Blake finds a new home for the New Year
by The Press and Standard | January 3, 2019 5:00 am
Last Updated: January 2, 2019 at 8:41 am
By CINDY CROSBY
A sweet family from the nearby small town of Ulmer rolled up to the Colleton County Animal Shelter Saturday afternoon looking to find the perfect dog for their precocious 4-year-old daughter Becca. They did not leave disappointed and Blake, the perfect dog, will find start off 2019 in a loving home with a new best friend.
“This family came to us because they’d seen a few of our dogs on adoptapet.com,” said Shelley Thomas, who recently joined the staff at the shelter as a part-time adoption and rescue specialist. It is a position she knows well, as she has served in the capacity as a volunteer over the course of the last four years.
“As we chatted walking toward the kennels, I asked them what type of dog they were looking for,” said Thomas. “Once they told me what type of pet they felt would be a good match for their family, I immediately thought of Blake — who is absolutely one of my favorites at the moment. We took Blake out to the play yard to meet the family and it was really love at first sight. As it happens, Blake was the last dog she looked at on the website and his photo was still on her mom’s phone. It just seemed like a perfect match.”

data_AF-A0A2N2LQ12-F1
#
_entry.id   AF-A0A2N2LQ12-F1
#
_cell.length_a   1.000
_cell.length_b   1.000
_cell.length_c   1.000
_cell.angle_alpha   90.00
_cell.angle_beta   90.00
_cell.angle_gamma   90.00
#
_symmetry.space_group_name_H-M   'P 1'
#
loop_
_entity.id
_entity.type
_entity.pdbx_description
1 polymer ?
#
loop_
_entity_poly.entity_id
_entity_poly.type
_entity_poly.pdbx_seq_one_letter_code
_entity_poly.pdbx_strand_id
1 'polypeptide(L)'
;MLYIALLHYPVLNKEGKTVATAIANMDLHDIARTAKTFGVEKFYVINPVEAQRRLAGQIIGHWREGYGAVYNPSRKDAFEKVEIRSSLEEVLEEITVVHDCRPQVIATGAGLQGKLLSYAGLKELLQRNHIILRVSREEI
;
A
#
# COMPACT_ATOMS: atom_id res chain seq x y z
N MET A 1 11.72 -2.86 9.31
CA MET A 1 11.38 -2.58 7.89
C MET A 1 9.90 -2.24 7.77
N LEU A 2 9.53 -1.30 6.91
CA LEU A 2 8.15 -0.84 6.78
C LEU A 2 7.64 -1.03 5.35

Two other dogs found homes for the new year on Saturday afternoon, so Thomas considered it a day well spent on the job.
The Colleton County Animal & Environmental Control (CCAEC) was recently named the 2018 No Kill South Carolina Organization of the Year based on a banner year for marked improvement in the live release rate. According to Laura Clark, CCAEC shelter manager, “We have increased our live release rate from 11% to 80% over the past few years with the support of Friends of Colleton County Animal Shelter (FoCCAS), administration and our community.”
In 2018, the CCAEC will boast an 81.8-percent overall live release rate, which includes a 90.4-percent rate for dogs and a 65.8-percent rate for cats.
“Please spay and neuter your pets,” urged Thomas. “While we have been able to make great improvements at the shelter, it would be so beneficial if our community would do their part more often to prevent unwanted puppies and kittens. This would allow us to better serve the citizens who need to surrender pets, help pets who are victims of neglect or abuse, or help with lost pets. We can do this by working together.”
For more information on the shelter, visit them on Facebook or call 843.893.2651. The shelter is located at 33 Poor Farm Road in Walterboro.